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Patty Hodapp

Patty Hodapp

Posted: October 13, 2010 11:10 AM

To enjoy solo travel, you don't have to bury yourself in an Indian Ashram or get fat off Italian gelato like Liz Gilbert did. Sigh of relief.

Wherever you go, traveling solo is the ultimate self-indulgence. You absorb new surroundings unfiltered by the tastes, prejudices, and charisma of travel partners. It's just you. And you can be selfish.

Want to extend your hotel reservation for more beach-time? Go for it. No one is stopping you.

Hungry? So eat, now.

Thirsty? It's 5 o'clock somewhere, who says you can't crack a beer before noon.

Do what you want, when you want to. No accountability, no reigns.

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People refuse to travel alone based on five major fears, which are completely avoidable: solo travelers don't make friends, the single supplement expense is unavoidable, solo travel is dangerous, it's boring, and eating alone really sucks. Holding back from solo travel based on these fears is a big mistake. Based on my own experiences, and after several conversations with other solo travelers, I've found these common misconceptions don't have to turn into your reality. Here's why.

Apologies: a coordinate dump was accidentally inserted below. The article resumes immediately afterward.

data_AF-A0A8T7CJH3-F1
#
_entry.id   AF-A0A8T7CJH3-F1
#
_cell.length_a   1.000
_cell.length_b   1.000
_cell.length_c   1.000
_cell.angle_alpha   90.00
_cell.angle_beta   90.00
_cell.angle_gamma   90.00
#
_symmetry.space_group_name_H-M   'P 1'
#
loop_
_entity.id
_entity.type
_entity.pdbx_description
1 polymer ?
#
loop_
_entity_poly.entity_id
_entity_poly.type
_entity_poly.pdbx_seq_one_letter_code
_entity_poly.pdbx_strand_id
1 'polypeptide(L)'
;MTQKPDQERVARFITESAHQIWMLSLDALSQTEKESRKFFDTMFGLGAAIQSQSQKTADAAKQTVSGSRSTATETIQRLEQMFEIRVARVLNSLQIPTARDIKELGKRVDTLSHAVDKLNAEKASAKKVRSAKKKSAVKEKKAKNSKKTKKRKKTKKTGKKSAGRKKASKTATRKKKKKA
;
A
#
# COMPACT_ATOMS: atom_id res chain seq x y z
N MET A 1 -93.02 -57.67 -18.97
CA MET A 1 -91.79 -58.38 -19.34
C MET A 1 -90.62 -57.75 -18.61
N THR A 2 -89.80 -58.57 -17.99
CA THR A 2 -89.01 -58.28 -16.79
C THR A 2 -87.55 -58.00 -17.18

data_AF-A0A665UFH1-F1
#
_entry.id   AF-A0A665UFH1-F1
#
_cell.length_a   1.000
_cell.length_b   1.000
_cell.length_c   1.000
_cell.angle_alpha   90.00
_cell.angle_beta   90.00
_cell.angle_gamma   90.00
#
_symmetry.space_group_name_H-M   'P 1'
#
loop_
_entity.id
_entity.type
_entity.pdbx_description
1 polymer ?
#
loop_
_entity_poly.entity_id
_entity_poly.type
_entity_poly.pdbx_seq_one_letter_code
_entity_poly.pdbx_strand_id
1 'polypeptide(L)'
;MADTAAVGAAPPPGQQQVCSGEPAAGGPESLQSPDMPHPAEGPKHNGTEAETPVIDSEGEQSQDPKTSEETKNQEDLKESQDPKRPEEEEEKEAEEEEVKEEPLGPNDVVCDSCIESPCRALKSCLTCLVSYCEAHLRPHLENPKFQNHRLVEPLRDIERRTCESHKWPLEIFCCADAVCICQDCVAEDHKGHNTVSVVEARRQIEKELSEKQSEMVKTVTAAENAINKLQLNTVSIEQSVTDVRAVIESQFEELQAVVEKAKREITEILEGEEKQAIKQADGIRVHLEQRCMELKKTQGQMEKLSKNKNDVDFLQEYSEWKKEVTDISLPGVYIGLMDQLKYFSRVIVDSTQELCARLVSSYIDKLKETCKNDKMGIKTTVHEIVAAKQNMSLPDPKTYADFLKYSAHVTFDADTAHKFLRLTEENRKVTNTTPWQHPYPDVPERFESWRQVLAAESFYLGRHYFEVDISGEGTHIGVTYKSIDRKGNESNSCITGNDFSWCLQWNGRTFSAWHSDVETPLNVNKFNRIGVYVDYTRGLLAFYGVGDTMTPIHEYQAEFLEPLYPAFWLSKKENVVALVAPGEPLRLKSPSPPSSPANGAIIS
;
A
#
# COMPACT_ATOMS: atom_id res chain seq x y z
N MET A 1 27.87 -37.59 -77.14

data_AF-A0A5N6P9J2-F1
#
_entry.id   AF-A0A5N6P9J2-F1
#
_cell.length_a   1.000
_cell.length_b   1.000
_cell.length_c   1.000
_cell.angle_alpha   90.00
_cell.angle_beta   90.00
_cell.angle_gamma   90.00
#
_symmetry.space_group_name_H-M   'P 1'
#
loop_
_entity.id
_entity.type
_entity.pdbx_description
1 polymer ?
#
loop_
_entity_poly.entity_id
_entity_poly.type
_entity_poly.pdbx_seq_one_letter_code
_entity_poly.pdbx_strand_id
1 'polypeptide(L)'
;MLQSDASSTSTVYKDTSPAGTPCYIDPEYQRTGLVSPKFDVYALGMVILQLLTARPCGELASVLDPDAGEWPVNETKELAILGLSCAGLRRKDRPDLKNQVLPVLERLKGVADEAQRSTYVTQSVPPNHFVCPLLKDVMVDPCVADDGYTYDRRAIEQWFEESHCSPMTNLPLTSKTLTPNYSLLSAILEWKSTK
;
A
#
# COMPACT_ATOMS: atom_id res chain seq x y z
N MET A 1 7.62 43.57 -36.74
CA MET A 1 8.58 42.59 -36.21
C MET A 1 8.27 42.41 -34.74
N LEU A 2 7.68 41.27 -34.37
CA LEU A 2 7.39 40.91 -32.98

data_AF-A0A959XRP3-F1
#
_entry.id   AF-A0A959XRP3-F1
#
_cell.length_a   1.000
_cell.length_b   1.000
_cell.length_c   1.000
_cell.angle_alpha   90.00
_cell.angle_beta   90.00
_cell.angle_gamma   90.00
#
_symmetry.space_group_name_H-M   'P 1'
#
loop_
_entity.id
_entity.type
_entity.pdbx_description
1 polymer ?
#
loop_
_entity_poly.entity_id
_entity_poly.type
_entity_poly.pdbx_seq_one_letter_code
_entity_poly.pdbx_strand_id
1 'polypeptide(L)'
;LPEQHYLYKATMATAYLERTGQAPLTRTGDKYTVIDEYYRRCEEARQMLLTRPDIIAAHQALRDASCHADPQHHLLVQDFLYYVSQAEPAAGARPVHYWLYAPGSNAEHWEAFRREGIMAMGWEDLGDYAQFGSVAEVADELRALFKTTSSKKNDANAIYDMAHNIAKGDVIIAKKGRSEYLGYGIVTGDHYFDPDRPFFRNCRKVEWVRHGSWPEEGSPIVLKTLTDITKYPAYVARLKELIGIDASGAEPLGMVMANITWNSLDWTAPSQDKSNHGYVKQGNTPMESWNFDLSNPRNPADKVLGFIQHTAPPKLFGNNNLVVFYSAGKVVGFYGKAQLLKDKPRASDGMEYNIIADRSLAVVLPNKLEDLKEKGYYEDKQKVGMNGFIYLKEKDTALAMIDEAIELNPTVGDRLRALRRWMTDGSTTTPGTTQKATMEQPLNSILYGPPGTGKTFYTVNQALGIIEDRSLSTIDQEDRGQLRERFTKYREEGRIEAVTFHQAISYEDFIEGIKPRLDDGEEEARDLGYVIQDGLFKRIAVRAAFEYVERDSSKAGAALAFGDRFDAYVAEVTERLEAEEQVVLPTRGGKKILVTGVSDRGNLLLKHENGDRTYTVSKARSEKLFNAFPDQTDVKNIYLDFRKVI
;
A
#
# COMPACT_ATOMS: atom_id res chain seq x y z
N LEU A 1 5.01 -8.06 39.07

1. You'll make connections along the way, guaranteed
Sure, you're on the road alone. But that doesn't mean you won't make friends. You might experience pangs of loneliness, but that instinct will naturally drive you toward people. If you ache for conversation, chances are you'll find it. Remember your first day of pre-school? At first, you probably didn't want to let go of your mom's hand, but when 4 p.m. rolled around, she had to drag you out of the sandbox. The same concept applies to solo travel. Hostels are specifically designed to encourage communal interaction. You'll sleep, eat and drink around other travelers.

On the road, I've found being solo doesn't make you weird -- it makes you interesting and a bit mysterious for other travelers. As a female solo traveler, people are curious about me. Other travelers tend to take me on and I spend more energy finding "me" time than I do finding friends.